do not feel like this exactly. Frodo, Aragon, they all struggle.
• One mode below myth is what he calls romance, Aragon has
skills that are superior to others.
• An old order changing and turning into a new one (this is a
part of the LOTR romance)
• Romance literature and the quest narrative focuses on the
passing of an age and reflects the anxieties of these narratives
• Frodo needs to give away all his possessionsthis narrative of
giving things away is about stripping himself bare; seeing
what he’s all about psychologically and spiritually
• These heroes represent history,
February 1 2 14 The Judgement by Franz Kafka:
1. Kafka's self-described mode of literary creation conforms closely
with the notion of a spontaneous creativity, unhampered by rational
constraints, that is propagated by Freud. In a discussion with
Rudolf Steiner, theAustrian founder of anthroposophy (founder of
Waldorf education), which took place in 1911, Kafka described his
creative state as closely related to the trance, or to moments of
peculiar clairvoyance. (See Handout; click here to view handout.)
2. In his discussion with Dr. Steiner Kafka lays out what he sees as
the central conflict of his existence: the tension between his
workaday life as a lawyer in a state-run workers compensation
insurance agency, and his calling as a creative writer. Kafka feels
torn between competing demands for his time and energy: his job,
his family responsibilities, his need for concentrated periods of
time to devote to his writing.
3. In a diary entry written the morning after he composed "The
Judgment" (see handout; click here to view handout), Kafka
describes the emergence of this story from his "unconscious" as a
"birth," as an "opening of body and soul." He valorizes this type of
creative spontaneity as the only valid form of creativity for him,
the only process that produces truly great literature. Kafka would
continue throughout his life to see "The Judgment" as one of his
most successful texts.
II. Story Line of "The Judgment"
1) On the surface, if read as a "realistic" fiction, "The Judgment"
has a relatively simple, but nonetheless seemingly contradictory
story line. Georg Bendemann, a young merchant, writes a letter to
a childhood friend in St. Petersburg, announcing his engagement to
a wealthy woman, Frieda Brandenfeld.-- Georg then goes to report
to his old, decrepit father about the composition of this letter.-- The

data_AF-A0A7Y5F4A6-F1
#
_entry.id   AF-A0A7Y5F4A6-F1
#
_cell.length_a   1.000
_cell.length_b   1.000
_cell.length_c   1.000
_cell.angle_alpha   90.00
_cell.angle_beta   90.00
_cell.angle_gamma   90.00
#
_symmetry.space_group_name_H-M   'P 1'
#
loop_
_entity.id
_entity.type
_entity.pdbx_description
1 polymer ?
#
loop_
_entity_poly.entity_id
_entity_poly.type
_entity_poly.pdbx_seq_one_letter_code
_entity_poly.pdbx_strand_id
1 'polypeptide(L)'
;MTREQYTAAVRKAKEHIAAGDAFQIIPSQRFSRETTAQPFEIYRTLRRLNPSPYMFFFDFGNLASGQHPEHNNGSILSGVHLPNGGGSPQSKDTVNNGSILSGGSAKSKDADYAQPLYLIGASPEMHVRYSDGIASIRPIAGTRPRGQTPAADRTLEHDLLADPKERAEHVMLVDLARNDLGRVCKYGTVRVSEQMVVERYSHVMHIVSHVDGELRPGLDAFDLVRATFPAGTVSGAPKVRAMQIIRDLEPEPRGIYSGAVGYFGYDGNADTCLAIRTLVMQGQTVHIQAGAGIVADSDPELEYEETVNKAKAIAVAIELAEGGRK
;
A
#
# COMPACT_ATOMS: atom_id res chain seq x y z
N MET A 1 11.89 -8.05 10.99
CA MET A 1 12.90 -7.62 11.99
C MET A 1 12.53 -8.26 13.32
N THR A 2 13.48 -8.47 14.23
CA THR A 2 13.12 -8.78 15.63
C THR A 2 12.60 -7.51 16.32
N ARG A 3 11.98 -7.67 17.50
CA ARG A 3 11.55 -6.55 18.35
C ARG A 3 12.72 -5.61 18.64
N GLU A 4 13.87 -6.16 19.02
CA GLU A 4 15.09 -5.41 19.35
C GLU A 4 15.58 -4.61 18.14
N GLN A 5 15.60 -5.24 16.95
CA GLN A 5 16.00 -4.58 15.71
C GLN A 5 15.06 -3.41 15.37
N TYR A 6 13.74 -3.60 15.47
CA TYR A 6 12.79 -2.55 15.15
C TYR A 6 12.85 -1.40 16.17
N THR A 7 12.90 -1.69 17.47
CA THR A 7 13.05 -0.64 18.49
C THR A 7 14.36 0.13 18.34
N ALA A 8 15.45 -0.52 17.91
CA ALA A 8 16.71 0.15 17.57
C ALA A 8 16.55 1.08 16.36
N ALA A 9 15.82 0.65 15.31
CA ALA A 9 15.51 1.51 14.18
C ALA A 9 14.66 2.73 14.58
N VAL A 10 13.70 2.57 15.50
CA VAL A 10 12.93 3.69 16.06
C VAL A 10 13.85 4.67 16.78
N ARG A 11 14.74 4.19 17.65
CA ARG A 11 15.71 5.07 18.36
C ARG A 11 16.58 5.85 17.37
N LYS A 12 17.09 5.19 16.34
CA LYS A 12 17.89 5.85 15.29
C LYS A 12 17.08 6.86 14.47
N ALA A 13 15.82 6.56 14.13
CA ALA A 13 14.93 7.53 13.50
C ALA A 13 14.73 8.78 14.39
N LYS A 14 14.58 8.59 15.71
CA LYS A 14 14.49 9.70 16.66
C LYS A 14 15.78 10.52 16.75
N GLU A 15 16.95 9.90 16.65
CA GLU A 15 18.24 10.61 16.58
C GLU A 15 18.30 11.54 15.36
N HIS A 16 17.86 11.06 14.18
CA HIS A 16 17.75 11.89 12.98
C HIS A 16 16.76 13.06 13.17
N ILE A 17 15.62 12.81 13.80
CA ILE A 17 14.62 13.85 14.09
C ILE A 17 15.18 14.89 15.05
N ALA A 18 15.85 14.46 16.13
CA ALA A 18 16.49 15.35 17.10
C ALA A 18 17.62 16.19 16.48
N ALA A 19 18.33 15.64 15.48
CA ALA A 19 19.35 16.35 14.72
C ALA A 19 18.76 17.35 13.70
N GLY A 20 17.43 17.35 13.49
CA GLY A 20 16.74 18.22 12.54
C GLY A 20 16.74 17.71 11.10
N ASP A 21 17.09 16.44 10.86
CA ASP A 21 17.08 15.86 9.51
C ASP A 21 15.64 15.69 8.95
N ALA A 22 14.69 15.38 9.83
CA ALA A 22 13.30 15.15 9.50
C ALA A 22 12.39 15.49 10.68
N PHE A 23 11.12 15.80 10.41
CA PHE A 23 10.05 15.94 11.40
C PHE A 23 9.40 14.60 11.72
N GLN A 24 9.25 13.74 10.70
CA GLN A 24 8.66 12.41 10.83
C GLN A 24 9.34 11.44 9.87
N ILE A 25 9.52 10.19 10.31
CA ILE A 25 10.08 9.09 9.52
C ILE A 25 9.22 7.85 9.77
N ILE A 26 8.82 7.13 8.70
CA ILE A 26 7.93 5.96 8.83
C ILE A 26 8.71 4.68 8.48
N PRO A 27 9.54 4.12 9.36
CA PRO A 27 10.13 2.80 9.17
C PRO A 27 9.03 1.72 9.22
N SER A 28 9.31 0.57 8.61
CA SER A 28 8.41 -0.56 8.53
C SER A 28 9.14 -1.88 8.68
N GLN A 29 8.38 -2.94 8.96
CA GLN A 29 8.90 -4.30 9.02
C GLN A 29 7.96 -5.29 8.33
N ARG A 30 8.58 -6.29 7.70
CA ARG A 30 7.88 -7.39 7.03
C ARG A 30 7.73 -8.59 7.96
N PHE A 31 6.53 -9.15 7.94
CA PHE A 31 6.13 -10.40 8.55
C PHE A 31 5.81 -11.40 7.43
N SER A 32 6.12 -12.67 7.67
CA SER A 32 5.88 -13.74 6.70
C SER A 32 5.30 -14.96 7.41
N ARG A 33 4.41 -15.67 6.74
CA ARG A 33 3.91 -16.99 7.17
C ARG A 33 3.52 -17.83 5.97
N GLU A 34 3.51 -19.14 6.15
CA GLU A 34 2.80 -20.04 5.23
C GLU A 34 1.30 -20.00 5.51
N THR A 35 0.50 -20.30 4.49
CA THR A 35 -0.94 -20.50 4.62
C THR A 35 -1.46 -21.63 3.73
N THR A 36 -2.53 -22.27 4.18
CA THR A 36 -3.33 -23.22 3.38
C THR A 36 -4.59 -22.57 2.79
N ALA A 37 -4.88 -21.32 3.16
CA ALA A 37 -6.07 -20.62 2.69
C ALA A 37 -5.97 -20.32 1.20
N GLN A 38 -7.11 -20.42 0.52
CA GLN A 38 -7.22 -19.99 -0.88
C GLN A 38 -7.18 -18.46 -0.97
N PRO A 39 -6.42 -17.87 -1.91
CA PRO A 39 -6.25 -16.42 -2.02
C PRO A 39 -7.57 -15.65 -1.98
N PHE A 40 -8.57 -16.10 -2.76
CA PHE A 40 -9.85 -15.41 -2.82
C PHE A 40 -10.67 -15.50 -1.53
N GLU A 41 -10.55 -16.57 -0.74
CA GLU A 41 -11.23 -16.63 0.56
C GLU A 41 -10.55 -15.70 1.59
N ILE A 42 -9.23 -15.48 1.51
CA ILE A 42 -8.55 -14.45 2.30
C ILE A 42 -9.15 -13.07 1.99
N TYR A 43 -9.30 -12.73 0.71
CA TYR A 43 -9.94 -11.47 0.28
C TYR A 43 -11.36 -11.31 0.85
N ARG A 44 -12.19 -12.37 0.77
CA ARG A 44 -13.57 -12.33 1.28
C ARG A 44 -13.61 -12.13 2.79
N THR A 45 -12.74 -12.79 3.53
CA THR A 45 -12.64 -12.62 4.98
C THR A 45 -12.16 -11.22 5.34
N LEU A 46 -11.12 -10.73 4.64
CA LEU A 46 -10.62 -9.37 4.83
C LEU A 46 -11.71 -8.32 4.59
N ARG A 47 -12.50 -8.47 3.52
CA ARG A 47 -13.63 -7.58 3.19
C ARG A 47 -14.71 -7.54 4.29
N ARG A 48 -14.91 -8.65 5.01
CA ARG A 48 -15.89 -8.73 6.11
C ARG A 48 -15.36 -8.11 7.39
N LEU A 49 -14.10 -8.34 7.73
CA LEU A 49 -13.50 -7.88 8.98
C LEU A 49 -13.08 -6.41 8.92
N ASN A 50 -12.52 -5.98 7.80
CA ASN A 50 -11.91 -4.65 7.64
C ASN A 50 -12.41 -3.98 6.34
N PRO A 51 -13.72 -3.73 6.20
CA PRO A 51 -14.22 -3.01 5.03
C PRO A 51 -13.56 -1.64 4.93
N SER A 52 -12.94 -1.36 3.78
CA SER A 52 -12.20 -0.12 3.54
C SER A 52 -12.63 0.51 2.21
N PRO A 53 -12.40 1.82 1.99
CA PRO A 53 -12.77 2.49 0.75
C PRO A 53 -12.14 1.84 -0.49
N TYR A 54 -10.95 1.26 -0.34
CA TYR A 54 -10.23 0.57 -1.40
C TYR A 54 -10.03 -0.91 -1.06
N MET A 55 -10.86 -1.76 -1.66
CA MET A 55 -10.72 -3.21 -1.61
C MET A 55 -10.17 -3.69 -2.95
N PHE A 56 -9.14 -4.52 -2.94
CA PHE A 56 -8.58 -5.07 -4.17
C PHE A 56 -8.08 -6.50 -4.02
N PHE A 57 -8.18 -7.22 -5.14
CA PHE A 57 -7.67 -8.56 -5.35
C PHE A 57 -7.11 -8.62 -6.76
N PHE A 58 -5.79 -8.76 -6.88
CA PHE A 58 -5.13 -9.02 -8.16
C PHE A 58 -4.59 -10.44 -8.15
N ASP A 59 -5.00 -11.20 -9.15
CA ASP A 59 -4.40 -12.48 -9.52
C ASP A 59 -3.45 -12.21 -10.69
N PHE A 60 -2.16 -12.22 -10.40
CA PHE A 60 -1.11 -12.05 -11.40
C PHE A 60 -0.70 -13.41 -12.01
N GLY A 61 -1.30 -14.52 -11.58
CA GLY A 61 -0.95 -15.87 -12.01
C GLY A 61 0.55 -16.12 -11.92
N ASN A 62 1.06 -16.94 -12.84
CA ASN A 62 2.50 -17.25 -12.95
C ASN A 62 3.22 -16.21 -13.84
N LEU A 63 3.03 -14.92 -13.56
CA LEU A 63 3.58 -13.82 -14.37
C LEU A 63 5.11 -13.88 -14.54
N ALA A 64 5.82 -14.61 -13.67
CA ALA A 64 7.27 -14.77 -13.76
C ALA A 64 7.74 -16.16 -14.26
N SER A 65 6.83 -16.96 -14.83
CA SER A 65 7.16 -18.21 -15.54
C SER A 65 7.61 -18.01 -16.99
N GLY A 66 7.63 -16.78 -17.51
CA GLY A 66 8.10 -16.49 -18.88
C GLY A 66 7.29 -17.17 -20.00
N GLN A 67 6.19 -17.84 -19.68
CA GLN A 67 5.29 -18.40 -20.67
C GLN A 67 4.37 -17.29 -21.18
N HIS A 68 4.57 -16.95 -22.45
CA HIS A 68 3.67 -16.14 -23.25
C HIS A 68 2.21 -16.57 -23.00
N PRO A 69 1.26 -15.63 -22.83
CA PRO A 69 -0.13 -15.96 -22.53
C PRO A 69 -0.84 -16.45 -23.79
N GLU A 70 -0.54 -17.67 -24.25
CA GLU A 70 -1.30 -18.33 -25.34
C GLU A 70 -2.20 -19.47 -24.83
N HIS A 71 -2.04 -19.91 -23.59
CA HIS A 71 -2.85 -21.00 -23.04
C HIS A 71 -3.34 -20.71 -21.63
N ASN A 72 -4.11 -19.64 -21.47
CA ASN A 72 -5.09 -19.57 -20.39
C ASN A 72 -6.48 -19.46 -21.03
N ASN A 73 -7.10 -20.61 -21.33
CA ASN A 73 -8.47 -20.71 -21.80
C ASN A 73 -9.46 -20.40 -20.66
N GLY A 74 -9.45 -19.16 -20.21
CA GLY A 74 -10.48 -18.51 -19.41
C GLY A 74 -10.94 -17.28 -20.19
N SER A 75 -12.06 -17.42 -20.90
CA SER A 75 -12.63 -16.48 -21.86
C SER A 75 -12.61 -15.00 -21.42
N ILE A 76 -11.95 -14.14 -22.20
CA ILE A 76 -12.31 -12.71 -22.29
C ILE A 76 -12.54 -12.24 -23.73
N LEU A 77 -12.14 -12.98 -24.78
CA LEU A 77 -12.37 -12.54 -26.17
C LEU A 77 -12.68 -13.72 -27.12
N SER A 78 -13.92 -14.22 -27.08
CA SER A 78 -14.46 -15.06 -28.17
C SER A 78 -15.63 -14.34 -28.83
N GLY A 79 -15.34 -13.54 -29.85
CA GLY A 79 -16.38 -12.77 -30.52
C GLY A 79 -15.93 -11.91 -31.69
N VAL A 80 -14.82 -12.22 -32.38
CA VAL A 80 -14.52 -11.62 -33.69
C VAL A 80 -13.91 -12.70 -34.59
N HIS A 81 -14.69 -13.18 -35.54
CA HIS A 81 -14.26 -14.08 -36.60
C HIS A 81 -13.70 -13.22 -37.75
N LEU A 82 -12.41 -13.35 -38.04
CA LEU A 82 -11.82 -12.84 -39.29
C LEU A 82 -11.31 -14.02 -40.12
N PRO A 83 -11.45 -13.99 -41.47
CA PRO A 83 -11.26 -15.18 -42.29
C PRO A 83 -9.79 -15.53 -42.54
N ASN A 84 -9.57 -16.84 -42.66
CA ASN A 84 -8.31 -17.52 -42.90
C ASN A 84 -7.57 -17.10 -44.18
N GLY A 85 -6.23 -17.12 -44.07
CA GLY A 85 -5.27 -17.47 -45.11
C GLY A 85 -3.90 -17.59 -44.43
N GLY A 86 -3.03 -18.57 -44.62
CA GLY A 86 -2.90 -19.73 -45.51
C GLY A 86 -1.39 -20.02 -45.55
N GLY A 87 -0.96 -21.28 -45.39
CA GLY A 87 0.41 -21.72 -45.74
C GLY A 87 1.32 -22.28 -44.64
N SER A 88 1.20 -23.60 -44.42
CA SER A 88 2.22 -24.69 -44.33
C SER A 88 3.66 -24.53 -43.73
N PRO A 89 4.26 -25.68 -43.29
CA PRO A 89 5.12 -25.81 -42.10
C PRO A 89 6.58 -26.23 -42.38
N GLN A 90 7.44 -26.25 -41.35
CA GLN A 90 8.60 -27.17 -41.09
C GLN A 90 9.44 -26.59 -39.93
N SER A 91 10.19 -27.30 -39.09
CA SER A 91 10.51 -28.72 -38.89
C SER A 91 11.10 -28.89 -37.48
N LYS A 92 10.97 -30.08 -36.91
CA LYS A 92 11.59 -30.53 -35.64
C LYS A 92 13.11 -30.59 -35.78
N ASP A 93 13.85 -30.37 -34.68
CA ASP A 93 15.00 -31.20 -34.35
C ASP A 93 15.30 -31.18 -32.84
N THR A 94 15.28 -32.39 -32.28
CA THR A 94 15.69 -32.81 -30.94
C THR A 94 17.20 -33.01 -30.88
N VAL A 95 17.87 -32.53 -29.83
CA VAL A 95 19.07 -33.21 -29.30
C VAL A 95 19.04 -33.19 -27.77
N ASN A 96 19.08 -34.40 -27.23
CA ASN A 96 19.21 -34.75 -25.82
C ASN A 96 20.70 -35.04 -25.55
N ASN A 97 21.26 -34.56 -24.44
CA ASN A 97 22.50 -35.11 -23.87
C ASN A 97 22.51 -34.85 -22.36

father questions the existence of this friend, or his status as "friend."-- The father announces his alliance with the friend and
with Georg's deceased mother. Georg is essentially excluded from
the nuclear family.-- The father accuses Georg of being a devilish
human being and condemns him to death by drowning.-- Georg
accepts and voluntarily executes the sentence pronounced by the
father, dropping himself from a bridge while declaring his love for
2) How can we comprehend the course of the narrative? Why does
Georg follow through on his father's sentence and accept this
condemnation? Is Georg guilty, or is he falsely accused?
III. Ruptures or turning points in the "plot" or development of the
story. Why do they take us as readers by surprise? Because they
take Georg by surprise, and the narrative works from the outset to
locate us inside Georg's head. We view events from his limited
1. First indication that something peculiar is at work: Georg reports 3
times to his friend about the marriage of an "unimportant man" to
an "unimportant woman": "contrary to his [Georg's] intentions" the
friend shows interest in "this notable event" (p. 79). Freud would
call this a "slip," a "parapraxis," in which Georg "unconsciously"
relates the wish (to boast to the friend about his successful
marriage) that he "consciously" tries to hide. What does this say
about his relationship to this "friend"?
2. Georg's fiancee, Frieda, makes assertion that if Georg has friends
like the one in Petersburg, he should not marry at all. (p. 80) What
does Freida mean? Does she imply a homoerotic relationship
between Georg and the friend? Or does she simply believe that if
Georg can't be straightforward in his friendships, he shouldn't be
getting married either?
3. The father questions the existence of Georg's friend and
admonishes his son to be honest, not to deceive him. (p. 82)
4. Episode about the "Russian Revolution" and friend's experience of a Priest inciting a mob to violence. (Historical allusion: "Bloody
Sunday" massacre, St. Petersburg, January 1905: Father Georgy
Gapon.) (p. 83) This historical rebellion against Czar Nicholas II
couched a demand for better labor conditions behind a pseudo-